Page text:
If you are, hopefully, reading this, I’m winging my way home from the annual national Romance Writers of America Conference in San Francisco. I wrote this prior to the event and won’t be able to answer until Tuesday. Air travel today is none too swift. I’m flying from San Francisco to Salt Lake City to Atlanta to Memphis.
But looking forward. . . the conference is always the highlight of my year for many reasons. I always call it The Rendezvous. More than a hundred and fifty years ago, mountain men and fur trappers got together in the west once a year in an event they called the Rendezvous. They would drink and dance and exchange tall tales. For men who led a solitary life, it was a time to let to socialize.
The Summer Rendezvous, held in the mountains every year from 1825 to 1840 was the reward for all that the mountain men had been through. One of these men was Joseph LaFayette Meek who was born in Virginia. He was one of fifteen children of a prosperous planter, but when his mother died, his father brought home an overly stern and domineering stepmother. He ran off to the west, where three of his brothers were already working the beaver streams. He would spend over a decade in the mountain, traveling relentlessly, from the Snake River to what is now southern Utah.
The life he and his fellow mountain men led was extraordinarily dangerous. They feel victim to grizzlies, froze to death, were killed by Blackfeet and other tribes. According to “The West, An Illustrated History,” written by Geoffrey Ward, Meek reported, “I have taken the soles of my moccasins, crisped them in the fire, and eaten them. In our extremity, the large black crickets which are found in the country were considered fair game. We used to take a kettle of hot water, catch the crickets and throw them in, and when they stopped kicking, eat them.” So it was no wonder that a Rendezvous was held in the mountains every spring. Word was somehow spread and as many as one thousand souls would attend. “It was always chosen in some valley where there was grass for the animals and game for the camp. . .
The waving grass of the plain, variegated with wild flowers; the clear summer heavens flecked with white clouds that threw soft shadows; . . .gay laughter and the murmuring of Indian voices, all made up a most spirited and enchanting picture. “The men drank together,” another participant relayed “They sang, they laughed, they whooped; they tried to out-brag and out-lie each other. . .” Well, I think of our national conference as our writers’ Rendezvous. I haven’t consumed crickets lately, but we have similar motivations: to get together with like kinds. We sing, we laugh, we might even whoop. Do we try to out-brag and out-lie to each other?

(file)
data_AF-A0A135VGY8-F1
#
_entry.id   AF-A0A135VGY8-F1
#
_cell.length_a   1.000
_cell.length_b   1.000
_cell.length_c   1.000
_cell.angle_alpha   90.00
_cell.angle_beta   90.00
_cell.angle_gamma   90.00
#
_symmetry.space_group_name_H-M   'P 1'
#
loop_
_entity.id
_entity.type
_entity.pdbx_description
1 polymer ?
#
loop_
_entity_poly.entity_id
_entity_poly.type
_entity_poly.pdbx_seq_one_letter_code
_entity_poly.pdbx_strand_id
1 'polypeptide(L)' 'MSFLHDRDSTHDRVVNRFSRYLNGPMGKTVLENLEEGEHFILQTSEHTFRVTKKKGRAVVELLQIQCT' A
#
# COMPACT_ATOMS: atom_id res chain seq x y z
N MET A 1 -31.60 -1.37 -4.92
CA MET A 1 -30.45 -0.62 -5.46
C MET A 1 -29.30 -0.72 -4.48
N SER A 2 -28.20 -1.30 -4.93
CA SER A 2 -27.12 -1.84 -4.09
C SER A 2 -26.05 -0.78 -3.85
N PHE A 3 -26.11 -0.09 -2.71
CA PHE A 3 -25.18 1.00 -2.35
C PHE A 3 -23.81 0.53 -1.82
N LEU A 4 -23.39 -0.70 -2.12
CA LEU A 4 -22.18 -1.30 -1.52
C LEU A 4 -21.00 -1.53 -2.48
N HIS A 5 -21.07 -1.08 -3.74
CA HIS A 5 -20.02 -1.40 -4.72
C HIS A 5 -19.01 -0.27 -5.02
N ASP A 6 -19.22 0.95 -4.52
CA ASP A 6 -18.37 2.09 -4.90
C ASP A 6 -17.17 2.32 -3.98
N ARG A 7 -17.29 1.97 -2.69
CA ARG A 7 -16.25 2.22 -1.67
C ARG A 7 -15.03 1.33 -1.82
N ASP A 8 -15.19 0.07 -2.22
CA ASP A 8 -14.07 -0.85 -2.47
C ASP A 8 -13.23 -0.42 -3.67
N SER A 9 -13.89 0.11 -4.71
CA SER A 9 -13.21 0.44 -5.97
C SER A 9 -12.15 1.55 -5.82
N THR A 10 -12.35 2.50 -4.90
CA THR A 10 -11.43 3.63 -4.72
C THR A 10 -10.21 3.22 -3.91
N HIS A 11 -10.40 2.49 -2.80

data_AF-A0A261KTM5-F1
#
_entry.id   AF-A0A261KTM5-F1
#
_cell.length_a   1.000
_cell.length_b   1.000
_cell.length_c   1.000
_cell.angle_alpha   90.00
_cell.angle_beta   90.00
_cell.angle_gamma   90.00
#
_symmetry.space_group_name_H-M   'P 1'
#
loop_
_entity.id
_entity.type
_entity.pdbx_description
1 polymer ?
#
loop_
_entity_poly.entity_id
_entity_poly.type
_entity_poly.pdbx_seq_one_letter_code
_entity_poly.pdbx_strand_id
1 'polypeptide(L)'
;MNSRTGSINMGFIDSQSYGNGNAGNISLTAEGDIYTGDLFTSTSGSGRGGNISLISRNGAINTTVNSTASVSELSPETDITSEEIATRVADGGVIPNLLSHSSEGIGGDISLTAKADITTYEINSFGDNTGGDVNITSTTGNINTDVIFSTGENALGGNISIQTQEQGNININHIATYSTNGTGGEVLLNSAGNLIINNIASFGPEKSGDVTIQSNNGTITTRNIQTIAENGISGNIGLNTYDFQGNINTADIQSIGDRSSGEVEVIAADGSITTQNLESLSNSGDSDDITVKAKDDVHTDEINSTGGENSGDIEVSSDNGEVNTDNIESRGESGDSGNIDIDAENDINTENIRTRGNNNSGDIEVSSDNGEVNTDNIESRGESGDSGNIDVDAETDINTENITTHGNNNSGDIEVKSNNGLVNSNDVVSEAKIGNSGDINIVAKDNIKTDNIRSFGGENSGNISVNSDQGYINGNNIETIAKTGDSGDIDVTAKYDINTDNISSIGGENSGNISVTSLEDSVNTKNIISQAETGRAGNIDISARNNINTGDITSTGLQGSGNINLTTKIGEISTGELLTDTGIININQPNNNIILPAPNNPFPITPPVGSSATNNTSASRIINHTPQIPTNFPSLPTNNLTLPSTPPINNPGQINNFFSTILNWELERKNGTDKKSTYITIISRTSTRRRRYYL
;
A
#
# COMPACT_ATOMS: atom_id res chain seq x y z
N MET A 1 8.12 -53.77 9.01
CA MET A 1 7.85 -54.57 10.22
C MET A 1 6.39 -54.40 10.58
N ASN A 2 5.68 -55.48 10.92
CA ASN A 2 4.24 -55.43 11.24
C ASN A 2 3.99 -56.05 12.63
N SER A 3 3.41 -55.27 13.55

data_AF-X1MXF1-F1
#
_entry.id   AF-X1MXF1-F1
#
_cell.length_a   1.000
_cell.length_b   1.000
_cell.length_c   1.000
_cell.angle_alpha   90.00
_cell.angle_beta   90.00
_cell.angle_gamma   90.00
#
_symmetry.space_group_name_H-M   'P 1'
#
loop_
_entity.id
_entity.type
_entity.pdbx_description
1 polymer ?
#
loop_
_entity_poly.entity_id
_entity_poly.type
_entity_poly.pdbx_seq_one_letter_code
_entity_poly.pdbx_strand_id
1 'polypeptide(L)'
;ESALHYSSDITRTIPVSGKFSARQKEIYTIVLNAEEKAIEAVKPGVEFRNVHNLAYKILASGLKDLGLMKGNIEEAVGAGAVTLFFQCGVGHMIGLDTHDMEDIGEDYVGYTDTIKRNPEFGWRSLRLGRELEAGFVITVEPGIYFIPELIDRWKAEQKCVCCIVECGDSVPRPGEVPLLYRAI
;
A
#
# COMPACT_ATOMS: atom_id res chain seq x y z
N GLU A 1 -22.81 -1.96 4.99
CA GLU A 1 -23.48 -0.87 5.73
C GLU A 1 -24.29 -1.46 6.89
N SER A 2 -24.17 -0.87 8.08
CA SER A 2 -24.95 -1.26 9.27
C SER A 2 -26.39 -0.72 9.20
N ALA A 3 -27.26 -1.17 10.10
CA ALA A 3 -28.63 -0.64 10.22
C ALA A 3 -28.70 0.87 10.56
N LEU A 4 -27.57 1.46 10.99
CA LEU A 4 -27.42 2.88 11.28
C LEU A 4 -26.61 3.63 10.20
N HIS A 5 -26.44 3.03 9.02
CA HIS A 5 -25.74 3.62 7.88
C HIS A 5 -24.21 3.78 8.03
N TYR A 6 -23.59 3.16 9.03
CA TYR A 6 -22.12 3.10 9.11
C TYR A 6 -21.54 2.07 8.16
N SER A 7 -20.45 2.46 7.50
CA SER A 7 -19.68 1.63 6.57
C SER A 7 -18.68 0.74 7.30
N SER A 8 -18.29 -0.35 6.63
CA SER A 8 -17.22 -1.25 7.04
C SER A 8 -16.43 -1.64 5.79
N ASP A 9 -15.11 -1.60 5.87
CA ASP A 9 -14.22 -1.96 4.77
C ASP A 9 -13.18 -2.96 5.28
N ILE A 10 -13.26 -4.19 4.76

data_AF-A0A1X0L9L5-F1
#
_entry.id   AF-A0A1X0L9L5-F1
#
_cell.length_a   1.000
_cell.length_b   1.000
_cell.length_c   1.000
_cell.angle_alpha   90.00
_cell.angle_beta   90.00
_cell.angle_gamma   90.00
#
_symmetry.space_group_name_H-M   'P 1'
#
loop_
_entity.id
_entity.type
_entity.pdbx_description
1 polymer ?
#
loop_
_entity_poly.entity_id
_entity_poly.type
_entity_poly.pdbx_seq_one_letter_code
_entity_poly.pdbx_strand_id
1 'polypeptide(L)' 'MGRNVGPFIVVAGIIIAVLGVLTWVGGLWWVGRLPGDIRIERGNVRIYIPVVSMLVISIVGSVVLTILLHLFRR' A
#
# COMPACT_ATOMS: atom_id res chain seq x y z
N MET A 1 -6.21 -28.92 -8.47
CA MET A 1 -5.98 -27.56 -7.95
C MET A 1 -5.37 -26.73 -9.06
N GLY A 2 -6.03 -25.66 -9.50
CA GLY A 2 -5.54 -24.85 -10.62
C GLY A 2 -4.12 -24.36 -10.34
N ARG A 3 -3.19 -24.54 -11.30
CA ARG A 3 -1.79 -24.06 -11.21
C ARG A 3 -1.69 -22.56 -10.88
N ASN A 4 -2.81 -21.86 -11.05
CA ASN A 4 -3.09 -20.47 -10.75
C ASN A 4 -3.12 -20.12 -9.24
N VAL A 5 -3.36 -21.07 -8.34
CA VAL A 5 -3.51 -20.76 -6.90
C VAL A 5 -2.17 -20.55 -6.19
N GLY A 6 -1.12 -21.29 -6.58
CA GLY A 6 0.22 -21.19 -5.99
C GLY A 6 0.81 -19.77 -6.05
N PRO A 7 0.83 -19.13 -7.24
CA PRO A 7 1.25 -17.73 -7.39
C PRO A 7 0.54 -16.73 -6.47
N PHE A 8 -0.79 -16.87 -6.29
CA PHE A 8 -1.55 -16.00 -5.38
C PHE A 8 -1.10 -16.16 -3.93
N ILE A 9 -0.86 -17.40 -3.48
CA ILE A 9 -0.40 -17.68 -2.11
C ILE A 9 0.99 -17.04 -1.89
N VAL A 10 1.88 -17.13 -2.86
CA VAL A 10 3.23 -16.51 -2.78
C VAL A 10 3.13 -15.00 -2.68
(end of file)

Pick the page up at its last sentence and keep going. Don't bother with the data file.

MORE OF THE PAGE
Well. . . we certainly are story tellers. Like the mountaineers, our chosen vocation is a lonely one. We spend much time lost in our own private world. Most people don’t understand us. They don’t understand that we really do have a job. They don’t know why we jerk awake in the middle of the night and grab a pencil, or go fifty miles out of our way while pondering a plot twist, or why we forgot a wedding we committed to (Yeah, I’m guilty. I’m only happy it wasn’t mine).
And thus our national conference is a great occasion. I’ll see friends who started writing with me twenty-five years ago. I’ll see newer friends, and I’ll make even newer ones. Like those mountain men of years ago, we will party and dance and drink and tell tall tales. And I’ll be reminded again of the real life heroes who celebrated their Rendezvous so many years ago.